News, notes, and observations from the James River Valley in northern South Dakota with special attention to reviewing the performance of the media--old and new. E-Mail to

Sunday, February 18, 2018

Sacrificial beheading is all the rage in America

In the constant revelations of men who have sexually harassed and abused women, some have flummoxed me and other people I know.  One is the matter of Bill Cosby.  What he has allegedly done to women is totally contradictory to the values and character he has portrayed in his entertainment.  Another is the matter of the Olympic gymnast physician, Dr. Lawrence Nassar, who sexually violated hundreds of young female gymnasts for which he has been sentenced to multiple lifetimes in jail.  

The Nassar case was particularly bothersome because he was on the faculty of  Michigan State  University, where I have spent much time and worked with some impeccable, talented people.  The Society for the Study of Midwestern Literature, of which I am a member and a former officer, is headquartered there.  As a result of the Nassar revelations and trials, a number of Michigan State officials, including the university president, have been forced to resign.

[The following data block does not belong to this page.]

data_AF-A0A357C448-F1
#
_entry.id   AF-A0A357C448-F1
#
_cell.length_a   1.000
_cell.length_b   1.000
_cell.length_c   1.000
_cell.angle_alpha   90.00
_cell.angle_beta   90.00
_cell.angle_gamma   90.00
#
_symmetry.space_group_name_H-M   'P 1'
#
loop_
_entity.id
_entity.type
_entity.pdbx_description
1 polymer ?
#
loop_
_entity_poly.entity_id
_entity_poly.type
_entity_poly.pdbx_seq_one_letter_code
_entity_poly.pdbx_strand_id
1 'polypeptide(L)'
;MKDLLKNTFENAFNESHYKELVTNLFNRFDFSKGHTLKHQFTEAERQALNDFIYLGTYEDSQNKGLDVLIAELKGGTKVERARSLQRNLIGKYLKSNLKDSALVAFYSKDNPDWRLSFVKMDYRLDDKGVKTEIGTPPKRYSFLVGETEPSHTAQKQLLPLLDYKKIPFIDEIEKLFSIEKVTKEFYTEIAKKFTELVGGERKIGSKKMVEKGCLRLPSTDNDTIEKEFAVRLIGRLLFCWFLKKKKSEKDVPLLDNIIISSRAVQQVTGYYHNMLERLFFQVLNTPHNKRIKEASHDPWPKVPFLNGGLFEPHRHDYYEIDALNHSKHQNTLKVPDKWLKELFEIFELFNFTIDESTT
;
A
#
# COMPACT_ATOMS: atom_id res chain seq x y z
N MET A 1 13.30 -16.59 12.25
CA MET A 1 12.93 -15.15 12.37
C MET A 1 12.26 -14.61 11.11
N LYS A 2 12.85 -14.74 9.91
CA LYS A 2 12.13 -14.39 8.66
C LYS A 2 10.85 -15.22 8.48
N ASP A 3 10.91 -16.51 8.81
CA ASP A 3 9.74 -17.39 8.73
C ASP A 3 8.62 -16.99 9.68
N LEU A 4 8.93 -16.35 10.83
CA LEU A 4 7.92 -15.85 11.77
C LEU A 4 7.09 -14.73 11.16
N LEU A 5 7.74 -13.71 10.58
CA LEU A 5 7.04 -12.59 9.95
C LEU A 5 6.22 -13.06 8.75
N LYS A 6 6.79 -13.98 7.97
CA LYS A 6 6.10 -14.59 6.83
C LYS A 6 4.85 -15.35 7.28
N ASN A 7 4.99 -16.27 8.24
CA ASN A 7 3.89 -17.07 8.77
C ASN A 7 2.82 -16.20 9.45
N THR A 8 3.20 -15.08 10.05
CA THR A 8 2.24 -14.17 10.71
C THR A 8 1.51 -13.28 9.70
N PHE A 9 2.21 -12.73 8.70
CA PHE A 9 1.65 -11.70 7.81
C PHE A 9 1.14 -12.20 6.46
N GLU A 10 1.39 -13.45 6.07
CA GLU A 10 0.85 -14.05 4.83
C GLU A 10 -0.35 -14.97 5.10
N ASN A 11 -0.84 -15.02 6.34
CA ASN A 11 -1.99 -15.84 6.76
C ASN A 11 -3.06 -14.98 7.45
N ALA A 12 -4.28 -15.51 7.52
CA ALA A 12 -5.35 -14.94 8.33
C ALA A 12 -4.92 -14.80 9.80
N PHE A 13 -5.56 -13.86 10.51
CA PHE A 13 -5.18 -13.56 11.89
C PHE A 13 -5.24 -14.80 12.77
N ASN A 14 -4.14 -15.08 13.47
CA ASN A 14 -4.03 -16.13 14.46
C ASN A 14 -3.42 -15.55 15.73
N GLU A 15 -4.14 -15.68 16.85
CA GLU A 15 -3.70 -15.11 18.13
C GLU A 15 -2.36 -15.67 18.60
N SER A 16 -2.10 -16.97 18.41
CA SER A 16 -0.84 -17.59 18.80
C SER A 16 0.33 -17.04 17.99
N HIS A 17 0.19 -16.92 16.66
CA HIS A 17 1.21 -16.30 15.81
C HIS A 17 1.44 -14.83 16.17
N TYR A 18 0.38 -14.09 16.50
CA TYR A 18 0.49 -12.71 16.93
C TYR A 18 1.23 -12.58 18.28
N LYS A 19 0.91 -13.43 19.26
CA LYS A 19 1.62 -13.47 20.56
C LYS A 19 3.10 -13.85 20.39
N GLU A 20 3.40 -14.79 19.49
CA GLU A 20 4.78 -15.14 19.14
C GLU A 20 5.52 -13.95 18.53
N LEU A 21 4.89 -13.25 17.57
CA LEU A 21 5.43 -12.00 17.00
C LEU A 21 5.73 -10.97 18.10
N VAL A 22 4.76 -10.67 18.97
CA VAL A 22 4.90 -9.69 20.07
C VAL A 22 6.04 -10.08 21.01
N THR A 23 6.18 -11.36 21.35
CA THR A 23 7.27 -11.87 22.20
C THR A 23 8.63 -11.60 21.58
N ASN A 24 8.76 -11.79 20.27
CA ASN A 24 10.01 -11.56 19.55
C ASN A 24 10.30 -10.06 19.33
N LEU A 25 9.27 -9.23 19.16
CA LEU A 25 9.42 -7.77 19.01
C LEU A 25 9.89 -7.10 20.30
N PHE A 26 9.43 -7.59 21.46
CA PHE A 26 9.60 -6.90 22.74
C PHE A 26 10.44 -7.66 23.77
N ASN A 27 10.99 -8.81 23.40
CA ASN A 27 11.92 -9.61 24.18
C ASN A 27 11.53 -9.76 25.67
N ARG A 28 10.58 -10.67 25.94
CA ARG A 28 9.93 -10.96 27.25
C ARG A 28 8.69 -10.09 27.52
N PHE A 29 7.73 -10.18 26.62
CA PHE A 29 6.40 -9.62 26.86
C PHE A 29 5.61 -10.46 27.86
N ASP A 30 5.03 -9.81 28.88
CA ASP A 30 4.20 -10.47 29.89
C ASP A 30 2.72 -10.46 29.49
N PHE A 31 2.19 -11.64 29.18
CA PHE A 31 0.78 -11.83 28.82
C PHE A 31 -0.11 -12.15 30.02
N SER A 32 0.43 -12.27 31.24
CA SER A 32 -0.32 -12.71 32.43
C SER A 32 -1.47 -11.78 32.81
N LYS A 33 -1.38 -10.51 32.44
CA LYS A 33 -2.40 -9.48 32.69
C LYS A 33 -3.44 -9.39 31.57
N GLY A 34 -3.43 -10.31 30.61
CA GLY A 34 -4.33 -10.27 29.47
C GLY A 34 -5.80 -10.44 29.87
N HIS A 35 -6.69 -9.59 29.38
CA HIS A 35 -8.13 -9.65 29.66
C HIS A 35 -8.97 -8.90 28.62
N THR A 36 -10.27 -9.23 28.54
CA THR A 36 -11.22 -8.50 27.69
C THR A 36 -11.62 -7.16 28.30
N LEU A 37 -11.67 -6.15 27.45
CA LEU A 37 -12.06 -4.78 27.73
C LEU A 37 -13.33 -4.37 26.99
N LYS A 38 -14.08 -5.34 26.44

The revelations of sexual misconduct  of all degrees produce a hysteria in which resignations or firings are demanded.  In many cases, probably most, they are likely justified.  But a lot of people with talent and expertise who were not directly involved in the incidents are sent into oblivion, their talents and accomplishments banished along with them, and we never know what actually happened or what can be done to prevent such things from happening again.  In the case of  the MSU president, the chair of the Board of Trustees said,“President Simon has served with distinction as MSU’s President for 13 years and has been a constant presence at the university for more than 40 years. She literally has devoted her entire professional life to this institution, and more than anyone else has helped make MSU a national and international leader in higher education.”  So, figuratively speaking, she was beheaded anyway.